# Preface to Roger Godement's Analysis I: Convergence, Elementary Functions

In 1998 Roger Godement published

Extracts from reviews of all four volumes may be read at THIS LINK

The preface to

*Analyse Mathématique I. Convergence, fonctions élémentaires*. The English translation of this book appeared in 2004 under the title*Analysis I: Convergence, Elementary Functions*. The Preface from the French text has been translated in the English version but what we prefer to reproduce below is our own English translation of part of the Preface from the French 1998 book. Let us note at this point that this is the first of four volumes of Roger Godement's*Analyse Mathématique*.Extracts from reviews of all four volumes may be read at THIS LINK

The preface to

*Analyse Mathématique I. Convergence, fonctions élémentaires*, part of which we reproduce, in addition to explaining a bit about the content of the book also, and in many ways more interestingly, gives considerable insight into Godement's thinking about teaching mathematics.**From the Preface to Analyse Mathématique I.**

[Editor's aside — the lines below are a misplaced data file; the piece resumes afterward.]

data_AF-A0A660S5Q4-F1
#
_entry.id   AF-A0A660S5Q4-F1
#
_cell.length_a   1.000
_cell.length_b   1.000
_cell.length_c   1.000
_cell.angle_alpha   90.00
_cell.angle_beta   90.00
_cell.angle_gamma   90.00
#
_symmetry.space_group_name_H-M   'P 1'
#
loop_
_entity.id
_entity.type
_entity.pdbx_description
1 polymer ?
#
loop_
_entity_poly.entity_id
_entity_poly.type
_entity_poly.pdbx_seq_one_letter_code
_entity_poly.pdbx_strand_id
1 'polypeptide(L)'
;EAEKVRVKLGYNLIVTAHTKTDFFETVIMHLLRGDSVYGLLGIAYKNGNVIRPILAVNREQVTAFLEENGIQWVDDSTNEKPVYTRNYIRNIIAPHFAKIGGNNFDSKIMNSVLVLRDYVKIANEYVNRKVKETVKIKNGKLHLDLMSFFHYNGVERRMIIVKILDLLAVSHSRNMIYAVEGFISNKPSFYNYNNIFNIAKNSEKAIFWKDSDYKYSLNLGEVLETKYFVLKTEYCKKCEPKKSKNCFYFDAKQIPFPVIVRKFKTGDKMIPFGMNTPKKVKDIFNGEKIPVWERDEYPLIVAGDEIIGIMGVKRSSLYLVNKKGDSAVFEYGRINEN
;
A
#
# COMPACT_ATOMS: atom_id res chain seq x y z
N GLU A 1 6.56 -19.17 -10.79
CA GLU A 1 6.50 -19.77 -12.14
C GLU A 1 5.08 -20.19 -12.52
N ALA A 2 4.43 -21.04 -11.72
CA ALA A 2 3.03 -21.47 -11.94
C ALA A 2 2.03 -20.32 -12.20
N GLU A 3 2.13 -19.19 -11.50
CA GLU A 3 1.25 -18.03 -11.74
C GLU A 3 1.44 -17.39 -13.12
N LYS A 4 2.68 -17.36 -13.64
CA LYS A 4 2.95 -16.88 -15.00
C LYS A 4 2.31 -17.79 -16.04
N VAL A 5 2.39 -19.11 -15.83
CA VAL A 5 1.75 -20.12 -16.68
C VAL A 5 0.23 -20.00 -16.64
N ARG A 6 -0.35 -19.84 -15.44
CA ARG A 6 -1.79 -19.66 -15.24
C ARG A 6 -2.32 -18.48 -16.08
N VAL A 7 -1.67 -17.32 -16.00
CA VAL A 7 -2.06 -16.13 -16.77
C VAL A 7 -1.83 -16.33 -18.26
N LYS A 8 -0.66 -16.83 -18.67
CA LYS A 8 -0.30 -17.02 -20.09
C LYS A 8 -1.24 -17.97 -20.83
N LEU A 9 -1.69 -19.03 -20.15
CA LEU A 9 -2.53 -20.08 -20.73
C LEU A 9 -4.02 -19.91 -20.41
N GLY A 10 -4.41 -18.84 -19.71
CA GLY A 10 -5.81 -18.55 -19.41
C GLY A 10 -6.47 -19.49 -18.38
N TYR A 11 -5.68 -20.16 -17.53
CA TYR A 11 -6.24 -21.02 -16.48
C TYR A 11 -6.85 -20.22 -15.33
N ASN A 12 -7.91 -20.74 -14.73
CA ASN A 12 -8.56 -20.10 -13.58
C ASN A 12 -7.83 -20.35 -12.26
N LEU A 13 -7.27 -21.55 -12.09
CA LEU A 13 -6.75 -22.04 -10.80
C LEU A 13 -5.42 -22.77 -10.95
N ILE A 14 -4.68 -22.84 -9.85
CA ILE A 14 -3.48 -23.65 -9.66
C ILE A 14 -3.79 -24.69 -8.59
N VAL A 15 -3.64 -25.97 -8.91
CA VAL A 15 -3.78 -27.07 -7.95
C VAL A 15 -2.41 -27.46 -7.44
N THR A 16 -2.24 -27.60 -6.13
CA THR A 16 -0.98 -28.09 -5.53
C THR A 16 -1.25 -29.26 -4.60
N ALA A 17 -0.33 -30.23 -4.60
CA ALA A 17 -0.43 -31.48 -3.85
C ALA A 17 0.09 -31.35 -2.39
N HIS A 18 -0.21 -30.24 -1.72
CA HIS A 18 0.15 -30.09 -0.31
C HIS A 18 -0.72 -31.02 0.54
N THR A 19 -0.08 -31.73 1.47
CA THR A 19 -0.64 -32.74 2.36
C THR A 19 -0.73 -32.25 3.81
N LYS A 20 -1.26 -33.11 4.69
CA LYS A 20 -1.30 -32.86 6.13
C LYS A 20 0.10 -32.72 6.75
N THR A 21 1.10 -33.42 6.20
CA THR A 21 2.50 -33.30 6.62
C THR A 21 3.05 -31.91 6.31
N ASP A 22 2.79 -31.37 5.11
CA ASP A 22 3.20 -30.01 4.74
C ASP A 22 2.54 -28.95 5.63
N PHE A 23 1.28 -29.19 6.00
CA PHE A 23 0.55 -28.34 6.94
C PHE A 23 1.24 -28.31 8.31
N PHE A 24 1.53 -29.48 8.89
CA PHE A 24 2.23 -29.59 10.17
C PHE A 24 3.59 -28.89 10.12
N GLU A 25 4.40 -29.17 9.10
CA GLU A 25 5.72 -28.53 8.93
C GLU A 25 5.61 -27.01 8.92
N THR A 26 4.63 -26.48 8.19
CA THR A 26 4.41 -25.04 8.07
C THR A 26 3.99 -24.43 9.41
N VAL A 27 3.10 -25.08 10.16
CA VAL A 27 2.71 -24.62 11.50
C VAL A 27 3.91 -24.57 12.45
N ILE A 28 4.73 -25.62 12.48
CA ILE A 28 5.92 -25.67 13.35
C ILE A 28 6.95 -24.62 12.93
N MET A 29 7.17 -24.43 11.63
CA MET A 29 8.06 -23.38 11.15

It is for the reader that is interested in mathematics for its own sake or as a language of science, and not as a means to achieve the language of questionable technologies, I thought writing it. The only subject here is mathematical analysis as it was and as it has become. I confined myself to functions of a single real or complex variable while limiting the difficulty of the text; this corresponds approximately to the first two volumes, the level imposed by "programmes" in force in France. I also tried to give, in this limited context, demonstrations that could easily extend to the more general situations that the reader will meet later.